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Loving the mud, and T-ball

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It was cloudy and rainy Friday night, June 8, our second night of T-ball. It had poured heavily for five minutes at 6:10 p.m., but it was not raining at 6:30 p.m., our start time. Cloudy. Ominous skies. But no rain. Our policy has been: “If it isn’t raining at 6:30 p.m., we play ball.” And that policy includes a lightning clause: “If we see any lightning, we call it a night. We pack up and go home.”

But because of the chancy weather Friday night, I found even more reason to love this program that I already adore. It’s cloudy. It has rained off and on for the 45 minutes preceding our night on the diamond. But it is not raining at 6:20 p.m. and guess what? Even though the weather sucks, even as it is threatening to rain, these amazing stalwarts, these T-ball people — the children, their moms, their dads, their grandmas, their grandpas, their aunts, their uncles, their big sisters, their big brothers, and the half a dozen T-ball volunteers — we show up!

“If it rains?” Tommy Moore, 10, asks.

“We don’t care about a little rain,” Rebecca Reed, ace volunteer, says.

“We like playing in the mud,” Margi Gay, another ace volunteer, says.

Sarah Badger, her three-year-old David sitting in the dirt near home base, agreed: “We like the mud.”

This willingness, even eagerness, to play in the mud thrills me in a such a large way that I probably should talk to a psychologist about it – like, “What is my problem, loving to play in the mud so much?”

Pat Partee and his wonderful wife, Jeannine, who volunteered and coached and kept our books for 18 years, show up with two and a half of their five and a half grandchildren – their oldest daughter Janine, is radiant. She carries that “half” child, as she is several months pregnant.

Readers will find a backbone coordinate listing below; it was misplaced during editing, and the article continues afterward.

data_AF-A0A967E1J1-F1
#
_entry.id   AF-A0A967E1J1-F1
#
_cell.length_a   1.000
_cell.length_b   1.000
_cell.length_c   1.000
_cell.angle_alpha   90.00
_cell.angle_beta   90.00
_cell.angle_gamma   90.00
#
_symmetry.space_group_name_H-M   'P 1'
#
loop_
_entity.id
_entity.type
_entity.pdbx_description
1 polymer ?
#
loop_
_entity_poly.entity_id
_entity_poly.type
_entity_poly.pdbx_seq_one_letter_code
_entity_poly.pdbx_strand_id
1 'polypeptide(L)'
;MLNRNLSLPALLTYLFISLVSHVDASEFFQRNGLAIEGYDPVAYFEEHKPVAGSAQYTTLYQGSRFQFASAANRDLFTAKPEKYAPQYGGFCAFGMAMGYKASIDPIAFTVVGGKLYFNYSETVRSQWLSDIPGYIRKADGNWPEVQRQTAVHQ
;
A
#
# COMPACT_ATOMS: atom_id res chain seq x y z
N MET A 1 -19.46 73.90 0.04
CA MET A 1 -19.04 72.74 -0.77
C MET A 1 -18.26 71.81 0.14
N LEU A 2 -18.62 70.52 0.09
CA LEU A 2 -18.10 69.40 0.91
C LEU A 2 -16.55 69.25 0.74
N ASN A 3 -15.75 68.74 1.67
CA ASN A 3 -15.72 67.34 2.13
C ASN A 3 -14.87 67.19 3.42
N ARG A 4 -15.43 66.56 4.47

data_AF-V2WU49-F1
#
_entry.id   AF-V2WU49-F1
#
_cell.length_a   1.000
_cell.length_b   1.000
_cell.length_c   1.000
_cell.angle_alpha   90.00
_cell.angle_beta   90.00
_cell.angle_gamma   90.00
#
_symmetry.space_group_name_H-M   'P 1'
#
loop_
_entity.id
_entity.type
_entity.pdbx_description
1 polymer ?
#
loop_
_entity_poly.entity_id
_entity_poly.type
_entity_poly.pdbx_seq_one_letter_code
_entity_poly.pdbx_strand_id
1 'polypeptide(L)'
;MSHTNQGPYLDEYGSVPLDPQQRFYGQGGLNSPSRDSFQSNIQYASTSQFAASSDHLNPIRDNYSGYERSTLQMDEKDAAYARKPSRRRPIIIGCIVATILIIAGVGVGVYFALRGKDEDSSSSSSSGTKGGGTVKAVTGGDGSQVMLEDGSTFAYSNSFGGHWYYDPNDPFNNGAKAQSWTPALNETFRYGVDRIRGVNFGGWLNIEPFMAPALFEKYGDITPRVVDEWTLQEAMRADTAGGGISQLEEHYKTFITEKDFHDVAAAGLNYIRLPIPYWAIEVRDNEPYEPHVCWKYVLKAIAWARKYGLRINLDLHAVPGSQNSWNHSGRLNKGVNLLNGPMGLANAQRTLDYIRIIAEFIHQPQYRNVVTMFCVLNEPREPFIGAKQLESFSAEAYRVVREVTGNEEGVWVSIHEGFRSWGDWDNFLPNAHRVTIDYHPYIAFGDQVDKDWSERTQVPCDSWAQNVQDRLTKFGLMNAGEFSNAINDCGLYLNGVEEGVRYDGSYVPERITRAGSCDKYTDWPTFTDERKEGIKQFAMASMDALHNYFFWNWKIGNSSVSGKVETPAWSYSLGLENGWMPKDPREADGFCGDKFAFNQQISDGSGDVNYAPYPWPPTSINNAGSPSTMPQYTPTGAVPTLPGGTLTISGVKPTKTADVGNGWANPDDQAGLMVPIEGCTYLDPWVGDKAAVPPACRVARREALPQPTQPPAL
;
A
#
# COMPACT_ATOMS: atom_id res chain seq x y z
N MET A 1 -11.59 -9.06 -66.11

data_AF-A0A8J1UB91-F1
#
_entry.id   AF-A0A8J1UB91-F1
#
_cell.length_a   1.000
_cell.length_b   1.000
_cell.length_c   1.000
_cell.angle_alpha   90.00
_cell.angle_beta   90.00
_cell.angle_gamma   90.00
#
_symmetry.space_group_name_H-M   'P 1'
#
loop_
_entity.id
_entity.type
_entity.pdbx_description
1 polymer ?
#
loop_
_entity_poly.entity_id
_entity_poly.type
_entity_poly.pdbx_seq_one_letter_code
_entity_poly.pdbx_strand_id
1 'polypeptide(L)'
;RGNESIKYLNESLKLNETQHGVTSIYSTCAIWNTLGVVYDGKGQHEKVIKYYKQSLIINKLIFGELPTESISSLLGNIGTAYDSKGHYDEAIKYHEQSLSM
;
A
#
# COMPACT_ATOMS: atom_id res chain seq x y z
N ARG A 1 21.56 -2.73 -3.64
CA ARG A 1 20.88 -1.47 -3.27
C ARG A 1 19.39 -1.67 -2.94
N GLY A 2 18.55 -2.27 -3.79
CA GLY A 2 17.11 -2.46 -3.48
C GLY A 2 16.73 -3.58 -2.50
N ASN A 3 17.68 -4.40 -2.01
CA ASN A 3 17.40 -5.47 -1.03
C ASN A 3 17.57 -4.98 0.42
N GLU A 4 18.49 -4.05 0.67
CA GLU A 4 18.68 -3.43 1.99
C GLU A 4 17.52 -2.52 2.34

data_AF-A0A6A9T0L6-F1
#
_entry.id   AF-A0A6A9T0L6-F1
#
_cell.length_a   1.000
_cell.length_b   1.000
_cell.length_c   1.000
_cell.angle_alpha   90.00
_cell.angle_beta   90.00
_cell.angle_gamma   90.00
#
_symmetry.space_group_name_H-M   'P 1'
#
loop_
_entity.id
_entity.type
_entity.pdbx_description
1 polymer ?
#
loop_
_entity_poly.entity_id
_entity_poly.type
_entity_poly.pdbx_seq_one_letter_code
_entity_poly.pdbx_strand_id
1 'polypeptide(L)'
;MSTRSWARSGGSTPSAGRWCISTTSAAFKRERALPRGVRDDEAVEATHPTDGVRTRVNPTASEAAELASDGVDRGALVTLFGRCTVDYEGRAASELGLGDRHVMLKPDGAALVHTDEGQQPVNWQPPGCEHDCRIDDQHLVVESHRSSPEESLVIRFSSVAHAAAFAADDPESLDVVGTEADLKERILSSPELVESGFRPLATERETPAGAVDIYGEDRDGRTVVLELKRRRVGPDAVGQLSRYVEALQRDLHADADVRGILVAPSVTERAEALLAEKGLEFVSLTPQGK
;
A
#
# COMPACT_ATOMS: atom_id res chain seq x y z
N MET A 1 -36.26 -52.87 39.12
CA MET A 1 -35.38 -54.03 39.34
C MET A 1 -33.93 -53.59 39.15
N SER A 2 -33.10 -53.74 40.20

“The children loved the mud,” Pat says, and the lovely Janine says he should know because, she said, Pat continued to volunteer long after she and her sister Liza had outgrown the program. 

Layla Besson comes up to me beaming gloriously. She has a 2-and-a-half-year-old in her arms. “You remember him?” she asks, nodding to the handsome young man standing behind her. “Russel Besson?” she says to remind me. “I do remember you,” I say. “I remember your face. Only you were knee high to a grasshopper back then.” He nods. He is 13 now. He was a fantastic T-ball player back in the day — I found him on two of our rosters for summer 2002 and summer 2003. He and Layla say they loved T-ball and I say thanks and that we loved it and them, too.

Then, as we started to put out the bases, there was a phenomenally bright and hotly electric flash of lightning. It was so white and so bright it was almost unreal. It was a little like being in an animated movie. 

We all saw it, regretted it, but wisely, and lovingly, called it a night. 

And that’s the Perry League, Yellow Springs’ all volunteer, 10-week T-ball program for girls and boys, 2–9 years of age. It’s the village’s non-competitive, beginner’s baseball program for all our community’s children regardless of their race, color, creed, sexual orientation, ethnicity, spiritual inclination or practice, ability or disability. And, weather permitting, we will be at Gaunt Park every Friday night from 6:30 to 8 p.m. Children can begin to play at any time and there’s no requirement to come every week — come when you like, come when you can. We’ll be out there trying to have as much fun as we can for the next eight Friday nights, till our final wiener roast potluck trophy-to-every-kid-who-shows-up night, Aug. 3. So why don’t you come on out and play some ball with us? We’d love to have you, we really would. 


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